• Don’t monopolize the conversation. We appreciate passion and conviction, but we also strongly believe in giving everyone a chance to air their point of view. Therefore, in addition to civil interaction, we expect commenters to offer their opinions succinctly and thoughtfully, but not so repeatedly that others are annoyed or offended. If we receive complaints about individuals who take over a thread or forum, we reserve the right to ban them from the site, without recourse.
  • Only English comments will be allowed.

Perpetrators of spam or abuse will be deleted from the site and prohibited from future registration at’s discretion.

Write your thoughts here
Are you sure you want to delete this chart?
Post also to:
Replace the attached chart with a new chart ?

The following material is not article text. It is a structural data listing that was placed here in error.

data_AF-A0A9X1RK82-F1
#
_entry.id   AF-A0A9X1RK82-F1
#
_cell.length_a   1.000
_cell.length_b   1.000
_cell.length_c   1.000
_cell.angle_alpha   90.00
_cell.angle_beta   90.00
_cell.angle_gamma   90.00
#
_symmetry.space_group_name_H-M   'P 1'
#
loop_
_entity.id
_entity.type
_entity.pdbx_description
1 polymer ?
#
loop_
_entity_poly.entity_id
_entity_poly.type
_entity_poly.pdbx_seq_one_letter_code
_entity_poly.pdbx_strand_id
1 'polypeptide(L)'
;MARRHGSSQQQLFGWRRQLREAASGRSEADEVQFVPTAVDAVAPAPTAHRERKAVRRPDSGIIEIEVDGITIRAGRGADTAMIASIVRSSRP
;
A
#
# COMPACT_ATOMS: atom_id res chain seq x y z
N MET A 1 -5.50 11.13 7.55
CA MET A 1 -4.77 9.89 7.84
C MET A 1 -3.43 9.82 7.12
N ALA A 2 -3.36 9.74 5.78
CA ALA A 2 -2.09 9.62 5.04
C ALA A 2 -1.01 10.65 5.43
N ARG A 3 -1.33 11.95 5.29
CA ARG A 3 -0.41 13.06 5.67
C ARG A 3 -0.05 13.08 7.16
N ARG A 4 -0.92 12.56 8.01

Your ability to comment is currently suspended due to negative user reports. Your status will be reviewed by our moderators.
Please wait a minute before you try to comment again.
Thanks for your comment. Please note that all comments are pending until approved by our moderators. It may therefore take some time before it appears on our website.
Are you sure you want to delete this chart?
Replace the attached chart with a new chart ?
Your ability to comment is currently suspended due to negative user reports. Your status will be reviewed by our moderators.
Please wait a minute before you try to comment again.
Add Chart to Comment
Confirm Block

Are you sure you want to block %USER_NAME%?

By doing so, you and %USER_NAME% will not be able to see any of each other's's posts.

%USER_NAME% was successfully added to your Block List

Since you’ve just unblocked this person, you must wait 48 hours before renewing the block.

Report this comment

I feel that this comment is:

Comment flagged

Thank You!

Your report has been sent to our moderators for review
Continue with Google
Sign up with Email